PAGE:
January 4, 2007
Kellogg goes beyond LASIK in new vision-correction procedure
ANN ARBOR, MI – If you're not a candidate for LASIK surgery, don't give up hope. The U-M Kellogg Eye Center is one of a handful of eye centers in Michigan offering a new vision-correction procedure that can help you shed your glasses or contact lenses. The procedure involves implantable lenses, called phakic intraocular lenses (IOLs), that are surgically inserted into the eye. Once in place, the lenses provide significant improvement in the quality of vision.
Kellogg surgeons are using the new Visian Implantable Collamer Lens (ICL), which is the most recent phakic IOL to gain approval from the Food and Drug Administration. The Visian ICL has been proven to be effective in patients with a wide range of myopia, or nearsightedness, anywhere from -3.0 to -20.0. Before this procedure became available, this degree of myopia could not be corrected with any other type of surgical procedure.
To date, more than 55,000 people worldwide have had the Visian ICL implanted. Candidates for the procedure are patients who suffer from myopia and typically are between the ages of 21 and 45. This surgery, however, may still be an option for those over the age of 45. The ideal candidate has not undergone any ophthalmic surgery and does not have a history of eye disease.
"This is a great procedure for all those people who have not proven to be good candidates for LASIK surgery," says Shahzad I. Mian, M.D., corneal and refractive surgeon at Kellogg. "Typically, these patients have had to wear thick lenses to correct very high degrees of myopia. Now we can offer them an alternative with potential for excellent quality of vision."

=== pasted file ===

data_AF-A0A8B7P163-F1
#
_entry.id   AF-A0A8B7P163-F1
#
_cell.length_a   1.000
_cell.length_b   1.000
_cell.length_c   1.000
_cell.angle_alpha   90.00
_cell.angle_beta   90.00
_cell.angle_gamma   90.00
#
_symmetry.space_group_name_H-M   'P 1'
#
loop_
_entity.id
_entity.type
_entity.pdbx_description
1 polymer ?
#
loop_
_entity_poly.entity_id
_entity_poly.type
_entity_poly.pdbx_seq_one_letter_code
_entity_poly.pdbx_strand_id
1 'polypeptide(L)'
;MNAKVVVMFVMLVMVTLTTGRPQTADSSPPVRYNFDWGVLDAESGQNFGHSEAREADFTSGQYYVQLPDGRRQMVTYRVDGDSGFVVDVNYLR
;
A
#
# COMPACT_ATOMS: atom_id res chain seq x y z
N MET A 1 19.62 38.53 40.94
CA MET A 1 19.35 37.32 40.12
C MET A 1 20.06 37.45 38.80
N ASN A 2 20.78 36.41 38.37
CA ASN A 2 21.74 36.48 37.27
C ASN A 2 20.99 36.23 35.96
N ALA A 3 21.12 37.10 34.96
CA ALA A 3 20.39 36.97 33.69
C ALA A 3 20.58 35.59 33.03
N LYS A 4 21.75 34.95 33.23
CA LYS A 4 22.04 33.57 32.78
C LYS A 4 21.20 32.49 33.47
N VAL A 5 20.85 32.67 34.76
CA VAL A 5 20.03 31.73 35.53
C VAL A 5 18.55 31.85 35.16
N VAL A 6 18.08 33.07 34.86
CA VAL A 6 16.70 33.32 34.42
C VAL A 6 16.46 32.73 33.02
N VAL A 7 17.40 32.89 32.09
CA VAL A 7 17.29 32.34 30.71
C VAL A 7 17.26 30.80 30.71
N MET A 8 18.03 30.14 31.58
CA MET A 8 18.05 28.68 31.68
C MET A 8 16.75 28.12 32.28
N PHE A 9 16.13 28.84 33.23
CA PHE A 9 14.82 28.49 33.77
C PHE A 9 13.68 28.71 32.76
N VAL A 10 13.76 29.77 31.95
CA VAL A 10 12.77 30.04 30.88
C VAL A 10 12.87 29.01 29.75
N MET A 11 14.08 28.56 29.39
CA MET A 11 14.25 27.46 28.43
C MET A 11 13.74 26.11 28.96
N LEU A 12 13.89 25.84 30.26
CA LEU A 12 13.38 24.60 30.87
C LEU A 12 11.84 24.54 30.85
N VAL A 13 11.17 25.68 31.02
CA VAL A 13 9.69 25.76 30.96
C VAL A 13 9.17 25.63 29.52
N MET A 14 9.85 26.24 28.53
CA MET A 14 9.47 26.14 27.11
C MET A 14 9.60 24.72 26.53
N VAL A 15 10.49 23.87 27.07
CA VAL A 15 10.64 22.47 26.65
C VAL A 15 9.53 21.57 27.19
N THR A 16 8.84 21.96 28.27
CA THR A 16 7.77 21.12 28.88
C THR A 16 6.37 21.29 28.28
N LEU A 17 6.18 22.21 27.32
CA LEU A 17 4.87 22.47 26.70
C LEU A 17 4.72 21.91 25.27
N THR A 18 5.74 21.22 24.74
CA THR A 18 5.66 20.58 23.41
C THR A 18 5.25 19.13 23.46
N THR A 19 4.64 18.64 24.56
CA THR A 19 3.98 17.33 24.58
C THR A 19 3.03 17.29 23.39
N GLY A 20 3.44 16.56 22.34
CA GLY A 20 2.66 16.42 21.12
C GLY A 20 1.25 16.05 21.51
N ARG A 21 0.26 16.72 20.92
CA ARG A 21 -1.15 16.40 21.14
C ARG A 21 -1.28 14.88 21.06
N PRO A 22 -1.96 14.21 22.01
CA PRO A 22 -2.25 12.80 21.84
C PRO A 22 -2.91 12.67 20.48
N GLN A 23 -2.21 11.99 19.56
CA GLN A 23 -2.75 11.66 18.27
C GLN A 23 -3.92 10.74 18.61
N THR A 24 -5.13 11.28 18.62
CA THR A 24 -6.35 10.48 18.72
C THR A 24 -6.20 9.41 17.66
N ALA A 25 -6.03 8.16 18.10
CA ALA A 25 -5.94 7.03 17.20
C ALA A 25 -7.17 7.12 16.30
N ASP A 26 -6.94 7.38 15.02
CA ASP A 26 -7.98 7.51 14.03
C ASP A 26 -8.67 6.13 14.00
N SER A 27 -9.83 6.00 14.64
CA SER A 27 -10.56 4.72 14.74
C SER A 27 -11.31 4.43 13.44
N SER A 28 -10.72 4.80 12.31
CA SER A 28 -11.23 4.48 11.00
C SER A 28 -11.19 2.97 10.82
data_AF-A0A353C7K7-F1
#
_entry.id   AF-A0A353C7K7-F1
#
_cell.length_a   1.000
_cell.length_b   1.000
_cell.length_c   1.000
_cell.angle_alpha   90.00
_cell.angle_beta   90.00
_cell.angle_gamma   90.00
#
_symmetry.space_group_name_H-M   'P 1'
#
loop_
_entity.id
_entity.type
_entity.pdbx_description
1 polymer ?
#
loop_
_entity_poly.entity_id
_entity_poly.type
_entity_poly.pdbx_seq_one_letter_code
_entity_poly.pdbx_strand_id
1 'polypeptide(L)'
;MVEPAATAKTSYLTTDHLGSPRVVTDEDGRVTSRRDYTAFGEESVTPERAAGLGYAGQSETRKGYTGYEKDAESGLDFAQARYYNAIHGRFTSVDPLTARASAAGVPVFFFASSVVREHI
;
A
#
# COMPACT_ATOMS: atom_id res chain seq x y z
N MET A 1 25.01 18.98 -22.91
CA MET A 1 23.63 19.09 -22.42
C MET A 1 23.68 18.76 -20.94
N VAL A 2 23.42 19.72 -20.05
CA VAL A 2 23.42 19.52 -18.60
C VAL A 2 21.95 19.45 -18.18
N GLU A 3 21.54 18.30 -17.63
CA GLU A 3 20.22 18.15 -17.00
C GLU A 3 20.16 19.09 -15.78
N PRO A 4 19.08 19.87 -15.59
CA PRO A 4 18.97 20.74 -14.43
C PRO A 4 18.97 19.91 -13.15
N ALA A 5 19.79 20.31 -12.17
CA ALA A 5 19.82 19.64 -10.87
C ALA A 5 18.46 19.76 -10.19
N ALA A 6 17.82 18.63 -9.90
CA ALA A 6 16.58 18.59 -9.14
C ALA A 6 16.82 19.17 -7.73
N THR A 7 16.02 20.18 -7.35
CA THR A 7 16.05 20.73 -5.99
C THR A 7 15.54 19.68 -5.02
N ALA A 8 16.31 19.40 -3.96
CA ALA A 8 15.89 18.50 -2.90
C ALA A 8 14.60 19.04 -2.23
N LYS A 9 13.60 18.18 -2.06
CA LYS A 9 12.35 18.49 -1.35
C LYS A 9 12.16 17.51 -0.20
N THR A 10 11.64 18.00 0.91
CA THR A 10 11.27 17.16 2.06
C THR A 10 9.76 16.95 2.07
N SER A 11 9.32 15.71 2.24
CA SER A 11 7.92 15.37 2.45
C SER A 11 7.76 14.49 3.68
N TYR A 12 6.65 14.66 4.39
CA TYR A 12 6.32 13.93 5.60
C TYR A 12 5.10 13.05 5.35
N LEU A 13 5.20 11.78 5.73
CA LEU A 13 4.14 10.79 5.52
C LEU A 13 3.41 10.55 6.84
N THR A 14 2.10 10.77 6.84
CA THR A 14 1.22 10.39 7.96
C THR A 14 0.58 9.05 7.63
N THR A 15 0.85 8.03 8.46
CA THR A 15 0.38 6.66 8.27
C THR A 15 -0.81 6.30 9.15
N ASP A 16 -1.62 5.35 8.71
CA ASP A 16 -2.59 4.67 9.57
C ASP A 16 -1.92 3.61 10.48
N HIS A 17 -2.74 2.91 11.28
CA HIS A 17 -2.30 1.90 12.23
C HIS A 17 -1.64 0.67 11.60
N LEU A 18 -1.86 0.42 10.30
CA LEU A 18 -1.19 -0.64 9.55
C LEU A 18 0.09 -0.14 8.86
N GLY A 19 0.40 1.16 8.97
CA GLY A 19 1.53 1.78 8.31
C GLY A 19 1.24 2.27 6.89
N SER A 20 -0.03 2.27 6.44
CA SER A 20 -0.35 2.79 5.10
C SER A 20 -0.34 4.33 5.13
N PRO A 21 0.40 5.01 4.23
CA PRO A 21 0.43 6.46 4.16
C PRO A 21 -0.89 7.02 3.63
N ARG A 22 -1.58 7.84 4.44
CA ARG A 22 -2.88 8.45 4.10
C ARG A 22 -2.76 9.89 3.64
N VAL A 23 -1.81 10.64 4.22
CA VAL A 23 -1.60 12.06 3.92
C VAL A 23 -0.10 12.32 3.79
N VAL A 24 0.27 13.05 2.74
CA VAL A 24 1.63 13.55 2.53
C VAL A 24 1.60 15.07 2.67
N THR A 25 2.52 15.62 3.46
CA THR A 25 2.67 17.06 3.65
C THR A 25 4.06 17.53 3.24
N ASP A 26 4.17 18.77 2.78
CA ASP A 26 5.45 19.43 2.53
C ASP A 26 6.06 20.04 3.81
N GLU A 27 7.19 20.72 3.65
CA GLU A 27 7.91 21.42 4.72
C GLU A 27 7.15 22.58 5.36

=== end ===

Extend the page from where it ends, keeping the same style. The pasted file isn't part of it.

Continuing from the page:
The surgery is very similar to cataract surgery, which is the most commonly performed eye surgery in the United States. The big difference, however, is that the Visian ICL does not replace the eye's natural lens, but instead is placed behind the iris (the colored part of the eye). The incision required to implant the Visian ICL is small and is located at the far edge of the cornea. After the lens is in place, sutures typically are not necessary to close the incision. And, because this procedure does not require any structural alteration of the cornea or lens, complications are reduced and results tend to be stable and predictable.
Mary Ruppenthal, 47, of Ypsilanti, had been thinking about vision correction for years. But because she was severely nearsighted, she was not a good candidate for LASIK surgery. When she learned that IOLs had been approved by the FDA, she consulted with Dr. Mian and, in the summer of 2006, scheduled surgery for both eyes. Mrs. Ruppenthal says the results have been amazing. "Once the lens was in place, I could see so clearly right away. My recovery has been great and my vision is crystal clear." She notes that on a recent trip to Aruba she could swim and snorkel without worrying about contacts or glasses. Although the surgery is expensive, Mrs. Ruppenthal says it's been worth every penny. "I was so nearsighted that my glasses were running $500 to $600 per pair. The surgery has been worth it," she says.
In addition to correcting high degrees of myopia, phakic IOLs offer several other advantages. First, if you are a patient who is not a candidate for LASIK due to corneal irregularity or thinness, this procedure may work for you. Also, this procedure is less likely to cause or contribute to dry eyes and, lastly, the surgery is completely reversible.
A typical procedure takes 15-30 minutes and is done on an outpatient basis. Most patients report they are comfortable throughout the surgery due to the use of topical anesthetic drops and the option of taking a light sedative. Patients do not feel the lens once it has been implanted, and the lens does not require maintenance.
As with most surgeries, there are risks. Since a lens is being placed inside the eye, there is a potential for damage to the eye's natural lens, which may result in a cataract – or clouding of the lens. This clouding has occurred in less than two percent of patients. Other risks include complications from iridotomy (a procedure in which a laser is used to make small openings near the edge of the iris) and an increase in eye pressure.
Written by Aimee S. Bergquist